For Tanzania’s Maasai tribe, traditional birth attendants are highly respected leaders. Now, they’re also catalysts for change, using their new knowledge about nutrition and healthy pregnancies to increase awareness of good nutritional habits within their community.
In rural Mozambique, farmers are planting and harvesting more soybeans than ever before. The protein-rich crop holds the key to alleviate undernutrition, and new soy-based products also offer opportunities for farmers to increase income. With support from the Feed the Future Soybean Innovation Lab, the benefits for Mozambique are promising.
Because of what they’ve learned at farmer nutrition schools, farmers and families in Bangladesh have begun to address critical issues around health and nutrition. The schools, which provide training for activities like poultry rearing, egg-production, running fish ponds, and growing orange-fleshed sweet potatoes, are helping families diversify their diets and lead healthier lives.
In the small of Quiché, Guatemala, 70 percent of children under the age of 2 don’t get enough protein. Black beans rich in protein could change all that, but many Mayan families are unaware of their benefits. Hoping to change all that, a Peace Corps Response Volunteer is working to educate families and improve local diets.
Across Nepal, fish is a vital source of nutrition as well as income, but while household aquaculture can improve a family’s fortunes, it comes with lots of challenges. The Feed the Future Innovation Lab for Collaborative Research on Aquaculture & Fisheries is promoting sustainable aquaculture and giving young people and women’s groups the tools to succeed.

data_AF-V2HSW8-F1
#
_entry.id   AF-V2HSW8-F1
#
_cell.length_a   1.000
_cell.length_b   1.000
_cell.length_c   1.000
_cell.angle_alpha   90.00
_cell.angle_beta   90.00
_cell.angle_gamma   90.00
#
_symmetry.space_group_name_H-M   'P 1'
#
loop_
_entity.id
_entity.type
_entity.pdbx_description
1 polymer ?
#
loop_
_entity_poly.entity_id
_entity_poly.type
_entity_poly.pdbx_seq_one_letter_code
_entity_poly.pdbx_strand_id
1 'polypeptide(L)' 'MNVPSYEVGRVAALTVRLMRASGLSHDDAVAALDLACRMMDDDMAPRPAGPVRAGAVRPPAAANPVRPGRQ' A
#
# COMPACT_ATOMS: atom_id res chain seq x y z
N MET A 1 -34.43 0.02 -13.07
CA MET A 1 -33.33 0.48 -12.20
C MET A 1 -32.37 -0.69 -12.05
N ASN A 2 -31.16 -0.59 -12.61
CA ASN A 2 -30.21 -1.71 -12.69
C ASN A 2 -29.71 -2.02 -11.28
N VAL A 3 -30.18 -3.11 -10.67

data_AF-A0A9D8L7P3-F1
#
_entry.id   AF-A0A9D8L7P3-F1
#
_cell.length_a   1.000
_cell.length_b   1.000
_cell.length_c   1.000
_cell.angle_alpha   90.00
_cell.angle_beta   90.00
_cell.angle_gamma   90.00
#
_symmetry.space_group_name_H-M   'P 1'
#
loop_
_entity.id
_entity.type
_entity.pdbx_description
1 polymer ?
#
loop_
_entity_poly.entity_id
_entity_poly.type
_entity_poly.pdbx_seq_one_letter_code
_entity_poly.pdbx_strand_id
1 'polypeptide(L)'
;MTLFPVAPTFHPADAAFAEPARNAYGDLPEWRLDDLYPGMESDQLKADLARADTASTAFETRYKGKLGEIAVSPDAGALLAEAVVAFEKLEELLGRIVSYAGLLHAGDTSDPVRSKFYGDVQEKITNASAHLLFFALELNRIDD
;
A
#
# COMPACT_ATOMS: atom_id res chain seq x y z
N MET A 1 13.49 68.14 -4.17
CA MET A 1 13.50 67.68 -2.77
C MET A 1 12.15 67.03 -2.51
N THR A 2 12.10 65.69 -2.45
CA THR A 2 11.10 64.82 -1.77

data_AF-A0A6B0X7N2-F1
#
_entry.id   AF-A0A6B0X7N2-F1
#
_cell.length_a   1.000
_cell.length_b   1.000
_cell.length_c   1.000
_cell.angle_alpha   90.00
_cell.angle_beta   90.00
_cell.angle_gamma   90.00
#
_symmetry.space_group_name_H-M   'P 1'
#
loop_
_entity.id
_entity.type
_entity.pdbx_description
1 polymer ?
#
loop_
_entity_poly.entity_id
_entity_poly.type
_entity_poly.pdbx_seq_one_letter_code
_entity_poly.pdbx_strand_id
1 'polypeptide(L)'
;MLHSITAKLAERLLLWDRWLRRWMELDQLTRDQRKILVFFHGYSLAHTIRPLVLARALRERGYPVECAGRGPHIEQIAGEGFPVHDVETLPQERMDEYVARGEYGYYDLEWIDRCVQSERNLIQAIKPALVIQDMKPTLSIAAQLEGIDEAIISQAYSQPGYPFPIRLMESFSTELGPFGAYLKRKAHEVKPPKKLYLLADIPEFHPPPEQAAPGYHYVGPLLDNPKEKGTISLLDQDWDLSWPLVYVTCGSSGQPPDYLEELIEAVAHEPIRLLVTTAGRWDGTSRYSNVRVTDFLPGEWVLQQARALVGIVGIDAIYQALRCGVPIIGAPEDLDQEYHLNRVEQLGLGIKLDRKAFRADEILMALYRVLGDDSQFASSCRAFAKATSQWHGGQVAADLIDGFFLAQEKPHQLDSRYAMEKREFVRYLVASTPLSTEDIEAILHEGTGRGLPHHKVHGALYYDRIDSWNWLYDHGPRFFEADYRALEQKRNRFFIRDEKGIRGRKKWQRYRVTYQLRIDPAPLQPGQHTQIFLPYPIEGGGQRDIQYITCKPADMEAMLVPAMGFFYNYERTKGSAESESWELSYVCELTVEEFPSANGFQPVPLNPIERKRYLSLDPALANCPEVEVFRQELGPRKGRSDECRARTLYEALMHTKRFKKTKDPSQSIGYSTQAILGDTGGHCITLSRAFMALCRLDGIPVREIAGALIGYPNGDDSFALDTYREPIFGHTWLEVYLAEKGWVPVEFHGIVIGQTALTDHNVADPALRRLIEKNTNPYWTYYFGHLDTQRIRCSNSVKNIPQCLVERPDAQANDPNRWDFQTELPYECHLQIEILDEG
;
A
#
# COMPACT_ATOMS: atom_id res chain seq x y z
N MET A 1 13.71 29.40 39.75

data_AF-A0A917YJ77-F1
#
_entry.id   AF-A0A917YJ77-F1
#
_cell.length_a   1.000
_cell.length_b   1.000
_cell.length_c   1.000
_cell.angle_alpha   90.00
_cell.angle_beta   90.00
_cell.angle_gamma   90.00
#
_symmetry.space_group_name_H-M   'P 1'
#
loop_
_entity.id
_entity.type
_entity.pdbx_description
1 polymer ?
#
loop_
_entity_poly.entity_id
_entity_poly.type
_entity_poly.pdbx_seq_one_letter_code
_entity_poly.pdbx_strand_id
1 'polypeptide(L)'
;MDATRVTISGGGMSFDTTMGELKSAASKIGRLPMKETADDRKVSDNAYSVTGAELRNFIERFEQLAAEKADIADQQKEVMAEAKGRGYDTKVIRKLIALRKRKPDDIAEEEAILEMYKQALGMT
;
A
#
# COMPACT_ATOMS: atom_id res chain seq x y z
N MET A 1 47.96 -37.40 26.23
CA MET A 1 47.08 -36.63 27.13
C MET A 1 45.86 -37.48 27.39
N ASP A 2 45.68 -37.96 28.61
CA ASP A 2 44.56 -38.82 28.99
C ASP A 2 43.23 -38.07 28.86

In Zambia, a country with some of the world’s highest vitamin-A deficiency rates, a prize competition is aiming to improve nutrition. The competition provides seed companies and millers with monetary incentives to produce pro-vitamin A maize meal and seed, which has shown to dramatically reduce the impact of vitamin A deficiency among vulnerable populations.
Maryam was once unfamiliar with basic farming techniques, struggling to harvest enough from her garden to feed her children. Then, in a Feed the Future training, she learned how to improve production of nutrient-rich vegetables and fruits. Now, she’s one of 11,000 Tajik women with the skills to feed her family and sell her surplus for a better livelihood.